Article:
LONDON Whatever the precise trigger, the sudden plunge in Brent prices on Monday is a timely reminder that liquidity is discontinuous, even in a market as deep and heavily traded as crude oil.
Markets can switch from quiet calm to a raging storm with frightening speed for any reason, or no rational reason at all.
Chart 1 shows the sudden drop in oil prices and upsurge in trading just before 1800 GMT.
The most actively traded November ICE Brent crude contract had been under light pressure throughout the day, with prices easing lower on turnover of around 500-1,000 contracts per minute.
The gentle selloff appears to have accelerated after 1700 GMT. By 1751 GMT, prices had already fallen by $1.81 per barrel to $115.20, from a peak earlier in the day of $117.01.
But then the market plunged downwards without any apparent support. Prices dropped 57 cents in just 60 seconds at 1752 GMT, 26 cents more at 1753 GMT, and a massive $1.87 at 1754 GMT. Turnover soared from 152 contracts a minute at 1751 GMT, to 2348 at 1752 GMT, 3090 at 1753 GMT, and an extraordinary 10,246 at 1755 GMT.
Each contract is for 1,000 barrels. So in 60 seconds at 1755 GMT, the market traded futures contracts equivalent to 10.25 million barrels of crude, more than the entire daily output of Saudi Arabia, and over half of all the refined products consumed in the United States every day.
Whether the abrupt selloff was unusual depends on the time horizon used for comparison.
In the otherwise calm conditions which had prevailed during the previous few trading sessions, the selloff was extremely unusual. The 1.64 percent price drop at 1755 GMT was equivalent to more than 24 standard deviations, based on recent low levels of volatility, which ranks it in the highest category of exceptional events (Chart 2).
The last person to complain of a 25-sigma move was Goldman Sachs Chief Financial Officer David Viniar following the market volatility in August 2007. "We were seeing things that were 25-standard deviation moves, several days in a row," Viniar said.
By the end of the day, however, prices had reversed some earlier losses. November Brent futures closed down just 2.46 percent. For the day as a whole, the price move was only a little over 1 standard deviation, which was unexceptional (Chart 3).
The point is that the level of volatility is itself highly variable. In fact volatility is more variable than underlying prices: the volatility of volatility is more volatile than plain volatility itself.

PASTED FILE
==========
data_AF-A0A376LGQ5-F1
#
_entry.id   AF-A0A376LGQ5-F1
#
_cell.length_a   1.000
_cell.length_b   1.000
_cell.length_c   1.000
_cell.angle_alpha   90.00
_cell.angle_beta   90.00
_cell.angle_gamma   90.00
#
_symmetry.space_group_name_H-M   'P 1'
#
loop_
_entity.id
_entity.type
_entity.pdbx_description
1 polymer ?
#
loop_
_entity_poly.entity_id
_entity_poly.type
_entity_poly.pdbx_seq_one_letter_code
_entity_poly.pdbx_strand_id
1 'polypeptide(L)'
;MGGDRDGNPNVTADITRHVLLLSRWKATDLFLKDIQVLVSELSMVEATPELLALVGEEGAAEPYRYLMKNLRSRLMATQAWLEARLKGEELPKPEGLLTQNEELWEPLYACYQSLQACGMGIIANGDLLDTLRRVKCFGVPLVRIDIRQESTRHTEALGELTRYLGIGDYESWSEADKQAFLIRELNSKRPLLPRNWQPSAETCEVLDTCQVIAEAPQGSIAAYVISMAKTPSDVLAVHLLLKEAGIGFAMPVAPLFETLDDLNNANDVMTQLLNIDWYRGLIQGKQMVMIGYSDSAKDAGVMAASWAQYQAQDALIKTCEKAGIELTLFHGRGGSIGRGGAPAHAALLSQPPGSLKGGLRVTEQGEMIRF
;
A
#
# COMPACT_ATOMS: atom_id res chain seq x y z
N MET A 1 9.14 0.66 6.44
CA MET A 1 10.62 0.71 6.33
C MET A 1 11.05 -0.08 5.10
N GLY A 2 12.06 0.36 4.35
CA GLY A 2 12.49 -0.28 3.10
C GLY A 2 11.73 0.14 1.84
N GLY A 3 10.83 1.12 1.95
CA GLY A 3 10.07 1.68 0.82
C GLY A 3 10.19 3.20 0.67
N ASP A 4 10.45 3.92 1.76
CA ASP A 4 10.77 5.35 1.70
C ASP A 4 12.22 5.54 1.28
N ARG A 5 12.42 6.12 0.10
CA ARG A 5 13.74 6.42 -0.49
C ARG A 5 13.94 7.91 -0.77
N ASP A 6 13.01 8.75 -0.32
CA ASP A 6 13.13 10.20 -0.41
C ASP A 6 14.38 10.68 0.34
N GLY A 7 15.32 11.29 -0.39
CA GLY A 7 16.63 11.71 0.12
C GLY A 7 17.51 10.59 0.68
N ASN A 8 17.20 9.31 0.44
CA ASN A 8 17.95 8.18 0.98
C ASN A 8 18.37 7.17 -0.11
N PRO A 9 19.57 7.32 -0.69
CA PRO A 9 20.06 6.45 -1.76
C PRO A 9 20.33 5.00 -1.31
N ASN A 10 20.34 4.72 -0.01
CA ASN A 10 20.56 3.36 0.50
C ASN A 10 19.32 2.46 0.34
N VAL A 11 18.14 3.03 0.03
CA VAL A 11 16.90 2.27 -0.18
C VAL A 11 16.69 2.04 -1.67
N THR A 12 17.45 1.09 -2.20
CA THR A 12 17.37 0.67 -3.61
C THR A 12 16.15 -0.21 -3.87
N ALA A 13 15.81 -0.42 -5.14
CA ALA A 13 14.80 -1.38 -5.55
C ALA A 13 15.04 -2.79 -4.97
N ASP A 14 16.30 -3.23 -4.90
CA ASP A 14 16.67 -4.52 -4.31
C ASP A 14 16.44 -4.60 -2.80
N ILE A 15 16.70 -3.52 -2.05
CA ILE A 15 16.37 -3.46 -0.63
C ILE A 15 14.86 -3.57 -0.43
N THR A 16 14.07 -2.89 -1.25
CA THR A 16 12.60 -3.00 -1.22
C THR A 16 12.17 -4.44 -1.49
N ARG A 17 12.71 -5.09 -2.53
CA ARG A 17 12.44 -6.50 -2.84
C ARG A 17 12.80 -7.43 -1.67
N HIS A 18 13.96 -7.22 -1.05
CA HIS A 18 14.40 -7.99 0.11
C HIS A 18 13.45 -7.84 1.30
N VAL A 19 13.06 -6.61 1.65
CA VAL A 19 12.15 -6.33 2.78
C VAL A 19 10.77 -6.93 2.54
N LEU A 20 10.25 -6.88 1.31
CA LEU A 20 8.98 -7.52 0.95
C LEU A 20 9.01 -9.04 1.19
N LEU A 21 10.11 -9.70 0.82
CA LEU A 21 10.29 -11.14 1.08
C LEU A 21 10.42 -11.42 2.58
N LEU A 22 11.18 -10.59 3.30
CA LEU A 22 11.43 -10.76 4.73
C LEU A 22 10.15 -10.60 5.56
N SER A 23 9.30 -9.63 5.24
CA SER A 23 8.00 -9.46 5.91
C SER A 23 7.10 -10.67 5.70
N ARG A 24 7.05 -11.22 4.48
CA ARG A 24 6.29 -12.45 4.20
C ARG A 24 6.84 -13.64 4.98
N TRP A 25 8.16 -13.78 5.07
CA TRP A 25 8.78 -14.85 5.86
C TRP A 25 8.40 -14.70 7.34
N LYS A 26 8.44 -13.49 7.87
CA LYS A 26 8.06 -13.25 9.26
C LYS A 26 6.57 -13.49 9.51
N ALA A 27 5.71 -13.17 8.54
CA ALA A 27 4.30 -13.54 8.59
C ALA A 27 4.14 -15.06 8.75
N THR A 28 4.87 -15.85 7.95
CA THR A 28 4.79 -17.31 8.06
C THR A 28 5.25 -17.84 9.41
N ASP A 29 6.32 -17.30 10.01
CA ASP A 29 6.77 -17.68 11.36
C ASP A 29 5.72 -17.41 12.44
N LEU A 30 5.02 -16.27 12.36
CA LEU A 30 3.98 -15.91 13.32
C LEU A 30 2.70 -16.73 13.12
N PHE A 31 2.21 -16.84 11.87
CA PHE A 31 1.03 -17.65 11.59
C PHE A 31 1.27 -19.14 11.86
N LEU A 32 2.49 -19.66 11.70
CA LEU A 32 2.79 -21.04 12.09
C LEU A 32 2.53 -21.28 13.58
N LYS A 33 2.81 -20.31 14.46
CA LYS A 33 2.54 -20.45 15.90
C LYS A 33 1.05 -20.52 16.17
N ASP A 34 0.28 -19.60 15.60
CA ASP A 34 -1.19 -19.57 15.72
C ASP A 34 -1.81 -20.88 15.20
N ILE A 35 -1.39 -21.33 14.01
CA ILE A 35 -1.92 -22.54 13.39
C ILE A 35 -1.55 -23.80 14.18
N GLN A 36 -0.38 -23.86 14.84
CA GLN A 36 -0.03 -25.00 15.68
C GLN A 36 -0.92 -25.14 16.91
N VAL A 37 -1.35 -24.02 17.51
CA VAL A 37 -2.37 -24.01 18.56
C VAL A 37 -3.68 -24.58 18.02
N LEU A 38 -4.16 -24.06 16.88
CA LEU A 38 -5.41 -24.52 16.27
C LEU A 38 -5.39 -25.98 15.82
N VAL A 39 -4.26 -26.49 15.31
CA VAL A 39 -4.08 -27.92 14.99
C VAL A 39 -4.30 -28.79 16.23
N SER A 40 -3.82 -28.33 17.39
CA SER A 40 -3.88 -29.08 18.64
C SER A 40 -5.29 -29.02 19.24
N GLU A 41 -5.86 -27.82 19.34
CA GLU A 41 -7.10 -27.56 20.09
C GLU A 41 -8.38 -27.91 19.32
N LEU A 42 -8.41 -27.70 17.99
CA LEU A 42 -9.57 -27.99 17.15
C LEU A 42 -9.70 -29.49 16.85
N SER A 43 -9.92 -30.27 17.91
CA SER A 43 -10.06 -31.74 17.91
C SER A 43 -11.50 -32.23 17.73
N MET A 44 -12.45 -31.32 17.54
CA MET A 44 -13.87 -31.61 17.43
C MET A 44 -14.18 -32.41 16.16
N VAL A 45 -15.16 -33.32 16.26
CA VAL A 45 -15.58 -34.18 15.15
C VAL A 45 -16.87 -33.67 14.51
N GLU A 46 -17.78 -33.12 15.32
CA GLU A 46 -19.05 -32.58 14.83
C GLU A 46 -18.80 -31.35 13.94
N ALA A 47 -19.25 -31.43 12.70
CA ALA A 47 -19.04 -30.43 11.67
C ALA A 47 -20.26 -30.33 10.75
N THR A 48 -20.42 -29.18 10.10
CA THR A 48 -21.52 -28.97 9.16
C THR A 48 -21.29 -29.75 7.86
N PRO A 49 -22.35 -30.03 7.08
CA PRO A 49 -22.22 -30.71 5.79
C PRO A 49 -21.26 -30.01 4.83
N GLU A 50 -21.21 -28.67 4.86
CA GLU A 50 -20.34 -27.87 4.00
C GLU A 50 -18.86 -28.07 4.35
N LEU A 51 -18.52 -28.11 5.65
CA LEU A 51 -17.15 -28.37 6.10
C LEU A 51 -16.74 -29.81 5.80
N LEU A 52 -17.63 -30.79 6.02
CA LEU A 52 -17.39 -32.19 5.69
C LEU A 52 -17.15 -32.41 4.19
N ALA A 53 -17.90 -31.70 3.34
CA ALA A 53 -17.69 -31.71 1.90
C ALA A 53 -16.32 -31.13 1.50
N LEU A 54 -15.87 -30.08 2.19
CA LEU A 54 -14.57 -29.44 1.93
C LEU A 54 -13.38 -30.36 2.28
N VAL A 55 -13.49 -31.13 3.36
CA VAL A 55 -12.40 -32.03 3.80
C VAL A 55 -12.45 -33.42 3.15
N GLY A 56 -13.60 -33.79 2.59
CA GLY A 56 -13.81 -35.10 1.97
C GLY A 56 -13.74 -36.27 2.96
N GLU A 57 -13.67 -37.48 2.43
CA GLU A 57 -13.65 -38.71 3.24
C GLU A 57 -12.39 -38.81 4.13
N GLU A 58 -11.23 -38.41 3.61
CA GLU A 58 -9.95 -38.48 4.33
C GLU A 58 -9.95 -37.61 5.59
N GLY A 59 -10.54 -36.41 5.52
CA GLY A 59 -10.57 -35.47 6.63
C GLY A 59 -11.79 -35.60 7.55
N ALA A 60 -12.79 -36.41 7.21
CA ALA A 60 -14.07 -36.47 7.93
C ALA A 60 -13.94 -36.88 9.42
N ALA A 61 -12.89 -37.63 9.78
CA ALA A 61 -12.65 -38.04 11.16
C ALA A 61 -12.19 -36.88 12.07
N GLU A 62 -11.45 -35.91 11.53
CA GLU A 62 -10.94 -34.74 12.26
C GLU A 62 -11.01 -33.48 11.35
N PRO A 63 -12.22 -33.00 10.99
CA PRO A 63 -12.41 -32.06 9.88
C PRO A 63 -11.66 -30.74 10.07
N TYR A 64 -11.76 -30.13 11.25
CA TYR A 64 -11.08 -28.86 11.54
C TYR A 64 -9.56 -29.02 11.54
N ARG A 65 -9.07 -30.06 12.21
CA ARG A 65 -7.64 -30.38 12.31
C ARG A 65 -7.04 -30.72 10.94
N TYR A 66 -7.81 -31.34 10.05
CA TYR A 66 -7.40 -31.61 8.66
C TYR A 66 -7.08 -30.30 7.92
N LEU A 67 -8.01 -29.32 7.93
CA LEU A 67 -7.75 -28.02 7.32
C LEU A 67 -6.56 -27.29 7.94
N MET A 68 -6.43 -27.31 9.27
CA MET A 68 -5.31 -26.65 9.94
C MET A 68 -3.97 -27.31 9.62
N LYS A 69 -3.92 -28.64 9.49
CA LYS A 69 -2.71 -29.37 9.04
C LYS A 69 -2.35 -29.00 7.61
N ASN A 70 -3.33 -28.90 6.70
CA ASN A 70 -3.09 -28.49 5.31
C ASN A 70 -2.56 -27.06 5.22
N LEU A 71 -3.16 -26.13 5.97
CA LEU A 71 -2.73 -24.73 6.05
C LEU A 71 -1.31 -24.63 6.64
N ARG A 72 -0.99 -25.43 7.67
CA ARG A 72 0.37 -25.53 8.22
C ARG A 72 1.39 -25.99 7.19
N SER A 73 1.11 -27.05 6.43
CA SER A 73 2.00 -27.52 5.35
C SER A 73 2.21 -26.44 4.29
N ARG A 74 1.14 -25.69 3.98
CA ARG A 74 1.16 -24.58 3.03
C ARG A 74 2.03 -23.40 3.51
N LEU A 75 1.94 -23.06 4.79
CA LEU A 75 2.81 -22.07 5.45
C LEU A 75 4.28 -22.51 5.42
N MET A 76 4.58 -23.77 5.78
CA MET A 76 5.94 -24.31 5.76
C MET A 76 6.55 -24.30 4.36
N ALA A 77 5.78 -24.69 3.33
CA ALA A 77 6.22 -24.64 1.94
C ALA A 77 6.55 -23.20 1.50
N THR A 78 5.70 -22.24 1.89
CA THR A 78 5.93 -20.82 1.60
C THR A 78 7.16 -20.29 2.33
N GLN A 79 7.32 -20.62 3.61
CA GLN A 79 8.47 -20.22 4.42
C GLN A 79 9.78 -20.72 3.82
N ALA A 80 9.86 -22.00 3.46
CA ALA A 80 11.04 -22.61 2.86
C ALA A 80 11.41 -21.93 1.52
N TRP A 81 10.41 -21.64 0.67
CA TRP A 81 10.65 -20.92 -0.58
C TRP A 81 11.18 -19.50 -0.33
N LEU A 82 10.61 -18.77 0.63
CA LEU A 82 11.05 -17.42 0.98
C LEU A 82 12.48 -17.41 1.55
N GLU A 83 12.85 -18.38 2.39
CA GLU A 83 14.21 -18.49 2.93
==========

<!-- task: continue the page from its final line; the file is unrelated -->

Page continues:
The oil market, like any other asset market, experiences abrupt regime shifts from calm trading to wild trading conditions and back again, as the legendary French mathematician Benoit Mandelbrot explained ("The (mis)behavior of markets", 2004).
Just before 1800 GMT on Monday, the market experienced one of those sudden regime shifts, switching from dead calm to exceptional levels of volatility within less than five minutes.
The initial disruption was followed by a series of aftershocks - with other unusually large price moves, both gains and falls - over the next three and a half hours, before calm trading conditions returned by around 2130 GMT.
HUNTING FOR A REASON
Monday's oil price plunge and partial recovery is reminiscent of previous flash crashes in the oil market (May 2011) and equities (May 2010) when prices dropped abruptly without any apparent fundamental cause.
Commentators have already suggested various possible triggers for yesterday's move: an input error by a trader ("fat finger"); liquidation by a hedge fund; falling prices triggering stop-loss orders placed at $115; heavy turnover by computer-driven trading program; or some complex interaction among all these factors.
But as with previous flash crashes, it will take time to trace the chain of events back to the original cause, assuming it is ever known. In previous selloffs, the ultimate cause has rarely been established, unless regulators initiate a lengthy and detailed enquiry, which seems unlikely at the moment.
According to behavioral scientists, humans, including traders and analysts, have an over-riding need to make sense of the world by creating narratives of cause and effect. In a narrative approach, a big event (such as an abrupt drop in oil prices) must have a big cause (such as a big hedge fund selling or a fat finger data entry error).
In practice, however, many major developments are the result of an unexpected combination of small factors, none particularly significant in themselves. It is just as likely that several unconnected factors (light hedge fund selling, a concentration of stop-loss orders and destabilizing feedback among computer-driven trading programs) came together to produce an unusually large and fast price move, defying the desire for a neat explanation.
(Editing by Alison Birrane)